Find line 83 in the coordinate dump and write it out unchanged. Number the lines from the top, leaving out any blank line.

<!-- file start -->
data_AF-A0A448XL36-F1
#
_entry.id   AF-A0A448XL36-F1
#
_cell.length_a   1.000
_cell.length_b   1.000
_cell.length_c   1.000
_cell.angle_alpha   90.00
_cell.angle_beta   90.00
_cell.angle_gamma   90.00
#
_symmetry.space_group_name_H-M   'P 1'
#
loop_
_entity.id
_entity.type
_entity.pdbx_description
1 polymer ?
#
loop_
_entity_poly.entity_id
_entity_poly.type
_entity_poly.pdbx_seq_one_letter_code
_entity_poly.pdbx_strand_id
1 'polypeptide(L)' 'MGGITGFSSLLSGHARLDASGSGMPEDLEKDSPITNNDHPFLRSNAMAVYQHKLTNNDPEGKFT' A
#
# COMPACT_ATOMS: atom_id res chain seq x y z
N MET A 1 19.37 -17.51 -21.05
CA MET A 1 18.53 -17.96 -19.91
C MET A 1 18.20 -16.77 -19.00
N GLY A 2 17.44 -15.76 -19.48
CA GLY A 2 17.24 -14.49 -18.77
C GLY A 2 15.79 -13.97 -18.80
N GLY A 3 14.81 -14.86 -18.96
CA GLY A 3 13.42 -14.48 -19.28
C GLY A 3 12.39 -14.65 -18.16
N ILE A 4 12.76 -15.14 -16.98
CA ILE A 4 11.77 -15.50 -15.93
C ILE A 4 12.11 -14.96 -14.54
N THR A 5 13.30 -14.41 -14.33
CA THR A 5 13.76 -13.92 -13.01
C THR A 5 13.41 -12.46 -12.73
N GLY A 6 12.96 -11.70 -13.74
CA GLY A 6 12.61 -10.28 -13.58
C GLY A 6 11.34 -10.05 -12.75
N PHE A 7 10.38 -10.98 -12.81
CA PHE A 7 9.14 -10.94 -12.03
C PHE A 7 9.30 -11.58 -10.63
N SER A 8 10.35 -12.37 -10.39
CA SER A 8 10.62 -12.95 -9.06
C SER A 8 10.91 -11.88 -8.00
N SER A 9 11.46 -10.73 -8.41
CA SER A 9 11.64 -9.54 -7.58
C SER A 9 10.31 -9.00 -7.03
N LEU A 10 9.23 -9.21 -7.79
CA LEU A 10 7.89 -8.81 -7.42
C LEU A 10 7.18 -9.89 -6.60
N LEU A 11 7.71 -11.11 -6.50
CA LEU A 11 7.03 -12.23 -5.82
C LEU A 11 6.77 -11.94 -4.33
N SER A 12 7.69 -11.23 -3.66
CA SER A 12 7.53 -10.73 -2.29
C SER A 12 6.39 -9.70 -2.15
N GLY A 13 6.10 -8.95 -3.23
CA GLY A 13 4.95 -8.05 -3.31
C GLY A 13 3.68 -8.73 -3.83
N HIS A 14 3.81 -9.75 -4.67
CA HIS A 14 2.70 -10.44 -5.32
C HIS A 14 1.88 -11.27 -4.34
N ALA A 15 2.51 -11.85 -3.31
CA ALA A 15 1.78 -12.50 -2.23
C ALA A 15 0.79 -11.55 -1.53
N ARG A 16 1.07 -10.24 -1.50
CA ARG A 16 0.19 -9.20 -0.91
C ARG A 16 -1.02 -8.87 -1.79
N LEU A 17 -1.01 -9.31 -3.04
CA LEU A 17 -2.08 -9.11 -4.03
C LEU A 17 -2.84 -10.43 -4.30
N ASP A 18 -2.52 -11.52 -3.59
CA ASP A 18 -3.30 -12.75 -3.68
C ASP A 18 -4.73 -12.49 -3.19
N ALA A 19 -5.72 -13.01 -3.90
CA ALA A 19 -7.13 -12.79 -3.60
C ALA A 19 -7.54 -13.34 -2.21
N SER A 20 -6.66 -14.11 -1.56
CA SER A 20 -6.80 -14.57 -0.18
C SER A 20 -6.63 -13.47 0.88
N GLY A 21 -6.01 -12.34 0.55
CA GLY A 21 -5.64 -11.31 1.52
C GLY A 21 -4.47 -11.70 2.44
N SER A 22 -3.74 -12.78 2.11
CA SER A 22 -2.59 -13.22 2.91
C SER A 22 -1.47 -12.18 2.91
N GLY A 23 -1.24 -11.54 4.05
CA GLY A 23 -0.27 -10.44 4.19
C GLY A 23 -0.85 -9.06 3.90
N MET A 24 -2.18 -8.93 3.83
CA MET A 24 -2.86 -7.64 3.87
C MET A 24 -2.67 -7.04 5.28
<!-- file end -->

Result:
CA ALA A 19 -7.13 -12.79 -3.60